Consumers and businesses alike are being fleeced by banks and credit card companies into paying unnecessary fees because of a shift in spending with cash to plastic. Consumers can directly impact their product or service costs by paying with cash rather than credit. Banks and credit card companies lure consumers and businesses into spending and accepting plastic by offering rewards and rebates, but still the rewards don’t compensate for the increased costs. Reward members are only getting ripped off slightly less than other consumers. Below, I will discuss the details of how these fees work their way into the cost of everything you buy. Furthermore, I will discuss the struggle in the business world and why companies trying to gain rebates at the expense of vendors is a poor long term solution. And lastly, why consumers should stop spending on credit as often as possible and why rewards cards are still a rip-off.
Why do banks encourage you and me to spend our money on our debit and credit cards? We’re now a culture of card carriers, plastic for this, plastic for that, hardly anyone carries cash anymore. And the banks are laughing all the way to the, well, the bank. It’s not funny though, because we are essentially paying an additional 1 to 3% on every purchase we make with our plastic payments. That 1-3% is going right into the bank’s shareholder pockets or to help pay someone’s exorbitant bonus, with little value added to our transaction.
Who is paying this premium? Someone has to pay and the merchants aren’t footing the bill forever, after all – you’re making the purchase with a Visa or MasterCard, or Discover or whatever card of your choosing, and those card companies charge the merchant for accepting payment. Instead of making smaller payments via card, consumers must work together and make them with cash and help drop prices for everyone in the long run. Although, some would argue that the businesses compensate in the lost fees by the uptick in credit spending.
In the business world, companies constantly try and take advantage of their vendors over terms and methods of payment, but this is a bad long term decision. Treasuries departments try to become profit centers by engaging with bankers offering a quick buck in the form of rebates for using their company credit cards to pay for everything. In essence, companies encourage their vendors to accept payment via credit cards (p-cards, T&E cards). These companies think they’re smart in trying to slip a fast one by their vendors.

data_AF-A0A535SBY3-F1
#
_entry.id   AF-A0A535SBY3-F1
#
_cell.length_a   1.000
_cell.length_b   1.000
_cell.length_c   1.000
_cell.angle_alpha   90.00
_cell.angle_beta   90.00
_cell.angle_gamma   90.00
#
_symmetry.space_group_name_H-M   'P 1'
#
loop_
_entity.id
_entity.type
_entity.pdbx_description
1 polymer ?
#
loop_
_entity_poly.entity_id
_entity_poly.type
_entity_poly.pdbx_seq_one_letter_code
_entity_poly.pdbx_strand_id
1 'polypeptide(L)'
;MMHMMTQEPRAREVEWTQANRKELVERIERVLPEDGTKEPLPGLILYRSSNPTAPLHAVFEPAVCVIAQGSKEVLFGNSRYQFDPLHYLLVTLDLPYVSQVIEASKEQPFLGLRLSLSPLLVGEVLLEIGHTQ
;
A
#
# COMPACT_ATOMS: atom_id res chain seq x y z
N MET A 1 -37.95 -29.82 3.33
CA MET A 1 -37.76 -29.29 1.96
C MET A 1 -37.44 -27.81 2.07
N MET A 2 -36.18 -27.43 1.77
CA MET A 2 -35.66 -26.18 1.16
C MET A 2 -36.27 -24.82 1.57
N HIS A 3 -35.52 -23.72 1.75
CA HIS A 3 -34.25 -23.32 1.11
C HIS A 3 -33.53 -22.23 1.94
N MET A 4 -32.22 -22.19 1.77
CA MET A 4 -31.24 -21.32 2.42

As mentioned, the company sending payment via card receives a rebate from the bank (or card company), because the bank charges the company receiving the payment around a 1-3% fee. The bank or credit card company then cuts the company paying via their credit card a rebate of something less than the 1-3%. Eventually, the company receiving payment raises prices to compensate for the fees and or changes their terms on the paying company to recoup the costs. In the long run, both companies lose while the bank profits. It simply doesn’t make sense to grab short term profits in trade-off for long term losses, but these bankers will continue to flash the cash in front of the company big dogs and wine and dine them as long as they’re silly enough to fall for their crap. Ultimately, the companies harm customer relationships and sacrifice too much for these short term rebates. The company earning the rebate will often tease the vendor owed money telling them they will pay faster, increasing their cash flow while reducing overhead.
Small businesses are fighting back. In New Jersey, gas stations are offering cash discounts to help consumers kick the habit of paying with cards.
Consumers and small businesses must unite and eliminate the card companies from the transactions all together. However, we’ve played right into the card companies’ hand by cashing in on rewards cards, partially passing the cost of the fees to those consumers who don’t use reward cards. This is simply a short term solution to a long term problem. If you keep it simple and keep the banks out of your transactions as often as possible, you limit their ability to take your money, and everyone is going to better in the long run.
Truecostofcredit.com shows how much vendors accepting your cards pay to the card companies. The numbers are similarly disgusting and staggering for debit and credit cards. Below are some examples of fees on common purchases with debit and credit cards, and in most cases these fees are passed on to you.
Many people argue that rewards cards are the way to go, but you can clearly see that the card companies are making off like bandits by offering crappy rewards for a considerable increase in costs to you. Are you willing to do your part and start using cash? Or are you happy with 1% rewards and increased product costs of 2-30% or more? Reward members should really consider stop being greedy and start making a stand to remove the middle men. In the long-run we would all be better off!